Photographs from Mexico’s Day of the Dead, Where Candles and Heaps of Marigolds Draw out the Spirits

Day of the Dead in Mexico (all photographs by the author)

Last year, I made a pilgrimage to Mexico to experience how Day of the Dead is celebrated at its country of origin. The three places that were most tied strongly to this religious and spiritual holiday are the towns of Toluca, Patzcuaro, and Janitzio, more famously known as the Isle of the Dead.

Toluca is about two hours away from Mexico City, and is well-known for its sugar skull market. Sugar skulls can be offered to both the living and the dead as gifts. When they are placed on a Day of the Dead altar, they are often put beside the the favorite food or drink of the deceased. In Toluca, you can find hundreds of varieties of sugar skulls, along with miniature representations of food which also are used for Day of the Dead offerings.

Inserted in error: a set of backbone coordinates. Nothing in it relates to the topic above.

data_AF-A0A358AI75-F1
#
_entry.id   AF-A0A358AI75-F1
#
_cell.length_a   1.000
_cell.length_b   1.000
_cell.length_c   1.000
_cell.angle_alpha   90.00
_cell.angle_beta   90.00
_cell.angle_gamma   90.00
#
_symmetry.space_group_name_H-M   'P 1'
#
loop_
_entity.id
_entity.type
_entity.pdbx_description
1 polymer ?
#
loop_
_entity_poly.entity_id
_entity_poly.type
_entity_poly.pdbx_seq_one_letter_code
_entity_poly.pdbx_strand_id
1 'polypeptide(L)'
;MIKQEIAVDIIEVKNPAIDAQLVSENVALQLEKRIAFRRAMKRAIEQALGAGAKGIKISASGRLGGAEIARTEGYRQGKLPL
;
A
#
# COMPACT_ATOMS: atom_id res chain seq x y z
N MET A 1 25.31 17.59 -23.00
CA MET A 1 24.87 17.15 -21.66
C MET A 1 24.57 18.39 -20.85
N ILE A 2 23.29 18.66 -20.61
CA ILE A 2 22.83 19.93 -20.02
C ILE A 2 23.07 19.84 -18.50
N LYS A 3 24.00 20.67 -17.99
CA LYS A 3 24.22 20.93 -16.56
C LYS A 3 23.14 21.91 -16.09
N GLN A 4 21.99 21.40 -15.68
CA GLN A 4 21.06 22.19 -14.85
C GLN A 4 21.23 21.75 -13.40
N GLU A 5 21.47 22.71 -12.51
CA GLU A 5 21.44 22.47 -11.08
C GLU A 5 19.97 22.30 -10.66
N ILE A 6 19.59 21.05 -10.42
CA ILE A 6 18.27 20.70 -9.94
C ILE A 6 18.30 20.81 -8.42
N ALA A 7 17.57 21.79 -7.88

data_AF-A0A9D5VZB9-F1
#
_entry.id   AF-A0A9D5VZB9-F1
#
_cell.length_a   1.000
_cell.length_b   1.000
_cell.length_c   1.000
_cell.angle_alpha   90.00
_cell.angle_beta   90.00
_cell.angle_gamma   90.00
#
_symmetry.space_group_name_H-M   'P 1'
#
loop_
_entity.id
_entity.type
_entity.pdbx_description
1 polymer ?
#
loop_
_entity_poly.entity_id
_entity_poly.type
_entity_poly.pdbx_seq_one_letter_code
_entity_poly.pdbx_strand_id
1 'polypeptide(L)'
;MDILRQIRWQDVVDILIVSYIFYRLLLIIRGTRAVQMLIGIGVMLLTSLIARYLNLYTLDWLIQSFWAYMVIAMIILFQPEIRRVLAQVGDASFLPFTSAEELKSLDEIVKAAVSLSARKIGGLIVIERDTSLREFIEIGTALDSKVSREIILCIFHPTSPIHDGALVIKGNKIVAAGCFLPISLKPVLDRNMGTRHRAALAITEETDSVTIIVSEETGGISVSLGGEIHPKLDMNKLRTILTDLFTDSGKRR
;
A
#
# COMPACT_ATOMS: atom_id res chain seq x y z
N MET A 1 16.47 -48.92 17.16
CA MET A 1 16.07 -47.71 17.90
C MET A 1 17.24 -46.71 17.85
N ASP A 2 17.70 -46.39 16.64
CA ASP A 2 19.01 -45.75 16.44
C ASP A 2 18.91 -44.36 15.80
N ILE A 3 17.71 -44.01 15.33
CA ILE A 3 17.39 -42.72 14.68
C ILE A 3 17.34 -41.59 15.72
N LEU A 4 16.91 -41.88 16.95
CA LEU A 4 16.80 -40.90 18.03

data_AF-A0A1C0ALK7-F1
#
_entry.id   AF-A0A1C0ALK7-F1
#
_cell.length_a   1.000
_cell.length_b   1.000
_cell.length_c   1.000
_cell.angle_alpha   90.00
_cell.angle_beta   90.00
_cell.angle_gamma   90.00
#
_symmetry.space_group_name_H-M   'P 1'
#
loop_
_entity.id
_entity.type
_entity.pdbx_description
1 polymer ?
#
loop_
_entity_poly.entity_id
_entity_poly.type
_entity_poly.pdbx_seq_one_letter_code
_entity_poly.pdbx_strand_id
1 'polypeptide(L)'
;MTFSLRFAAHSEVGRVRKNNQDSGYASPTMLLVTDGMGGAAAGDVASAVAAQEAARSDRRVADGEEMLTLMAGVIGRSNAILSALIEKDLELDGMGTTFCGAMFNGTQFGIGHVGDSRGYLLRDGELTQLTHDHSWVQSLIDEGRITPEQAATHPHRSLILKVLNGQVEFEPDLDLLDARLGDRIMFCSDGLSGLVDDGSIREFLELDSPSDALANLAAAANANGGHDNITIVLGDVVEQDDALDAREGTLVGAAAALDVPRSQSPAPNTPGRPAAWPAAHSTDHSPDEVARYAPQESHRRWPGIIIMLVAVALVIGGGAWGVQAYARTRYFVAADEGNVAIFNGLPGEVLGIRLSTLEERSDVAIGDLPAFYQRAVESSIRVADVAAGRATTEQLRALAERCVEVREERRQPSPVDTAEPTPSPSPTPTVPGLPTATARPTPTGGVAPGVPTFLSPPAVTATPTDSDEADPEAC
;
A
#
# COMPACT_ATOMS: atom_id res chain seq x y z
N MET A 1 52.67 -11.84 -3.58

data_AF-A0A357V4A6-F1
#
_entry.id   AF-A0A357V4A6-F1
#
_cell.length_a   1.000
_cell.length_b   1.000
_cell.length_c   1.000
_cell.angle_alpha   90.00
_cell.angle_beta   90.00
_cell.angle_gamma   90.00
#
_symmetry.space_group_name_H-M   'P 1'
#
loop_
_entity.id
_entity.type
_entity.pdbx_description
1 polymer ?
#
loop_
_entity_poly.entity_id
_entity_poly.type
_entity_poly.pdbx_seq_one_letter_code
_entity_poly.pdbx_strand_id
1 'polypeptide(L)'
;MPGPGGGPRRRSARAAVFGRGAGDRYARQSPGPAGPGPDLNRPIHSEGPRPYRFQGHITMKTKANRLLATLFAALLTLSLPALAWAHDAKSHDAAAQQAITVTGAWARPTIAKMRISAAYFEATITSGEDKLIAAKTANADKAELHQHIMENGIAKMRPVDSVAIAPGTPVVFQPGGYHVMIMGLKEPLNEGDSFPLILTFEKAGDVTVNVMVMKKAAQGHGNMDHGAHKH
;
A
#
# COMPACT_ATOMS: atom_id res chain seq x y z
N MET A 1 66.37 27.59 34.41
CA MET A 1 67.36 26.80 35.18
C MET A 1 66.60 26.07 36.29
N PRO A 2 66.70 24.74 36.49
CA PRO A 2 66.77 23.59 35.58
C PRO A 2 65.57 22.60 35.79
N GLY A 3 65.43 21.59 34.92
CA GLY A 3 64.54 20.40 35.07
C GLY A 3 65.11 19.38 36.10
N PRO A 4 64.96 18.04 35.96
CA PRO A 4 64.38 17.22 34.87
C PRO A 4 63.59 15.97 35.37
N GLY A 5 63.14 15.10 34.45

About a six hour drive away from Mexico City in the state of Michoacan is Patzcuaro and Janitzio. Patzcuaro is a port town right besides a large inland lake that encompasses Janitzio and two other smaller islands. In Patzcuaro, you can observe how the locals celebrate Day of Dead. Just as the US has adopted the Day of the Dead, Mexicans in turn have adopted Halloween. So what happens is from Halloween all the way to November 2nd, children dress in simple costumes and ask for candy or coins. Many use hollowed out gourds and melons as their baskets to hold their treats.

To reach Janitzio, you have to take an hour boat ride from Patzcuaro. The oldest practice besides Day of the Dead altars is performed at the shore where fishermen in small boats do a type of fish net dance with candles. There used to be more of them who performed this ritual, but now there are only a dozen or less who carry on this practice. In Mexico, Day of Dead is more of a spiritual and religious festival, but in the US, it’s become more like an extension of Halloween. There is more of an emphasis on elaborate costumes in the US, but in Mexico, the focus is on the altars and the millions, if not billions, of marigolds used to decorate them. The scent of the flowers is said to lure back the dead to visit Earth for this annual reunion with the living.

All photographs by Robert Hemedes.